The researchers explained that HCl from various sources combines with ammonia, which is emitted in great amounts over this region. The resulting ammonium chloride (NH4Cl) condenses to aerosol and exponentially increase the water uptake ability of aerosol particles resulting in the increase in size, eventually leading to dense fog formation, they said. In the absence of the excess chloride, the fog formation otherwise would be suppressed significantly, according to the researchers.

The study emphasised that plastic burning emits toxic substances in the atmosphere impacting human health, and these emissions are for the first time linked to visibility and climate. Plastic-contained waste burning can emit highly toxic chemicals called ‘dioxins’, which can accumulate in food chain causing severe problems with reproduction and immune system, the researchers said,

Given that we find plastic burning as a potential cause of the reduced visibility, we hope these findings will help policy makers to efficiently enforce and implement policies that are already in place towards regulating open burning of plastic contained-waste and other potential chlorine sources, Mr. Gunthe added.

Also Read: Air Pollution Linked To Increased Risk Of Pregnancy Loss In India: Lancet Study

(Except for the headline, this story has not been edited by NDTV staff and is published from a syndicated feed.)

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World

23,96,06,768Cases
20,13,42,617Active
3,33,82,100Recovered
48,82,051Deaths
Coronavirus has spread to 195 countries. The total confirmed cases worldwide are 23,96,06,768 and 48,82,051 have died; 20,13,42,617 are active cases and 3,33,82,100 have recovered as on October 15, 2021 at 4:15 am.

India

3,40,37,592 16,862Cases
2,03,6782,908Active
3,33,82,100 19,391Recovered
4,51,814 379Deaths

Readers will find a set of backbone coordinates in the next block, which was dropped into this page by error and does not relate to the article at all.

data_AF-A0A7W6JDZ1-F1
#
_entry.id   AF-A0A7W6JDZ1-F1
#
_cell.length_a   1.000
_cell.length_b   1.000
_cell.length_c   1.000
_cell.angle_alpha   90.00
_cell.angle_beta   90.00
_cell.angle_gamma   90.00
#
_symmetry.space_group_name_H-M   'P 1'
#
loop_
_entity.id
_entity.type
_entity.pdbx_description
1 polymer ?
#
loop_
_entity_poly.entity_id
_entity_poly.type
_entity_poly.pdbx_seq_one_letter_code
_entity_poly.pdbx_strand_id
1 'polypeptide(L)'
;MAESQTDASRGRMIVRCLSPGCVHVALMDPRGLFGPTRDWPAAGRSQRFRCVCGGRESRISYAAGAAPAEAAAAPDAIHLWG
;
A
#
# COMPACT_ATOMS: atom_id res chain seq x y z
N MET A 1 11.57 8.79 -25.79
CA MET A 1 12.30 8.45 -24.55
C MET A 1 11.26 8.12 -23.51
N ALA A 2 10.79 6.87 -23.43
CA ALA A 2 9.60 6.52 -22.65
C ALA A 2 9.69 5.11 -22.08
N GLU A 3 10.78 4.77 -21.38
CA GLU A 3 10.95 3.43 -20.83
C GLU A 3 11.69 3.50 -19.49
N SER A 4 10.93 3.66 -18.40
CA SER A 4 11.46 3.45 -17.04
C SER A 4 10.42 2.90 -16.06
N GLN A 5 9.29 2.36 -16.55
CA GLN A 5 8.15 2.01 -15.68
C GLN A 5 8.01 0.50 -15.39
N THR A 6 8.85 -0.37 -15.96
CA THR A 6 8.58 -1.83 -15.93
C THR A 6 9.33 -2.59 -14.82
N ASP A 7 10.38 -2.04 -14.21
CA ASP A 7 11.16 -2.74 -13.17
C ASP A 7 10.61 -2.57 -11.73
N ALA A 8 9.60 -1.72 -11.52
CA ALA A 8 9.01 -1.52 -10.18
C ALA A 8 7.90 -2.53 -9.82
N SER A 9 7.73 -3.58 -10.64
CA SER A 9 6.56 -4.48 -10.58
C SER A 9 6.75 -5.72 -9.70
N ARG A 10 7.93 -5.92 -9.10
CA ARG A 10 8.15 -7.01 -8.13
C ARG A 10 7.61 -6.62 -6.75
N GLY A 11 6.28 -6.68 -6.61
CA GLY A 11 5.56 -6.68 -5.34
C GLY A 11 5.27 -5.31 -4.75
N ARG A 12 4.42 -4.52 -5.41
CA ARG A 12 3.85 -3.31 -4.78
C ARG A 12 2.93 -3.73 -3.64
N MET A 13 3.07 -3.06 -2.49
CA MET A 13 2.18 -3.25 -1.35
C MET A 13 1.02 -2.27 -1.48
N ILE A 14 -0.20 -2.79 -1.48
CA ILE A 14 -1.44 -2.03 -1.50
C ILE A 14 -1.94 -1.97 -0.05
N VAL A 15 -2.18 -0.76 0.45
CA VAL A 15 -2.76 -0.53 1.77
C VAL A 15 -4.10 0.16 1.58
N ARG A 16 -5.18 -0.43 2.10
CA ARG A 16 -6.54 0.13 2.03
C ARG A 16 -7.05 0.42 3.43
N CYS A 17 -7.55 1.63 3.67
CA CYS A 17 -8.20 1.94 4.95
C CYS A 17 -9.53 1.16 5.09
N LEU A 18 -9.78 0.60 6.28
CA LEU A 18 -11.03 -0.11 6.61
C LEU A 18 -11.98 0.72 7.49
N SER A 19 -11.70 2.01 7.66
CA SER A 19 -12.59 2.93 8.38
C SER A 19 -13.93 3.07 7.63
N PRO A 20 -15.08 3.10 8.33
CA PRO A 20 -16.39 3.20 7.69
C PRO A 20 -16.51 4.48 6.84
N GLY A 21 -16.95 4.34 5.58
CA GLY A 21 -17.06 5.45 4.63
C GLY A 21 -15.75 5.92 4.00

In India, there are 3,40,37,592 confirmed cases including 4,51,814 deaths. The number of active cases is 2,03,678 and 3,33,82,100 have recovered as on October 15, 2021 at 2:30 am.

State Details

State Cases Active Recovered Deaths
Maharashtra

65,86,280 2,384

33,157 6

64,13,418 2,343

1,39,705 35

Kerala

48,29,944 9,246

96,421 1,802

47,06,856 10,952

26,667 96

Karnataka

29,82,399 310

9,607 43

29,34,870 347

37,922 6

Tamil Nadu

26,83,396 1,259

15,451 199

26,32,092 1,438

35,853 20

Andhra Pradesh

20,59,122 540

6,588 27

20,38,248 557

14,286 10

Uttar Pradesh

17,10,008 12

135 4

16,86,976 16

22,897

West Bengal

15,79,012 530

7,576 81

15,52,491 601

18,945 10

Delhi

14,39,311 28

337 1

14,13,885 29

25,089

Odisha

10,33,809 521

4,890 38

10,20,645 477

8,274 6

Chhattisgarh

10,05,614 16

203 4

9,91,841 20

13,570

Rajasthan

9,54,382 8

42 6

9,45,386 2

8,954

Gujarat

8,26,244 34

215 20

8,15,943 14

10,086

Madhya Pradesh

7,92,669 12

111 1

7,82,035 11

10,523

Haryana

7,71,035 16

105 158

7,60,881

10,049 174

Bihar

7,26,016 8

42 6

7,16,313 2

9,661

Telangana

6,68,618 168

4,171 40

6,60,512 207

3,935 1

Assam

6,05,847 207

3,646 157

5,96,263 362

5,938 2

Punjab

6,01,971 33

234 11

5,85,199 16

16,538 6

Jharkhand

3,48,406 11

130 4

3,43,141 7

5,135

Uttarakhand

3,43,729 28

175 22

3,36,157 6

7,397

Jammu And Kashmir

3,30,834 93

935 11

3,25,473 104

4,426

Himachal Pradesh

2,21,113 182

1,387 5

2,16,011 173

3,715 4

Goa

1,77,356 68

679 27

1,73,342 39

3,335 2

Puducherry

1,27,259 49

647 4

1,24,763 53

1,849

Manipur

1,22,432 69

1,444 15

1,19,099 84

1,889

Mizoram

1,10,719 901

13,601 435

96,744 1,332

374 4

Tripura

84,295 4

110 8

83,369 12

816

Meghalaya

82,734 87

892 31

80,411 115

1,431 3

Chandigarh

65,295 10

32 5

64,443 15

820

Arunachal Pradesh

54,958 4

202 22

54,476 26

280

Sikkim

31,722 6

224 1

31,108 7

390

Nagaland

31,516 9

230 8

30,613 17

673

Ladakh

20,867 6

44 2

20,615 4

208

Dadra And Nagar Haveli

10,675

3 1

10,668 1

4

Lakshadweep

10,365

2 0

10,312

51

Andaman And Nicobar Islands

7,640 3

10 1

7,501 2

129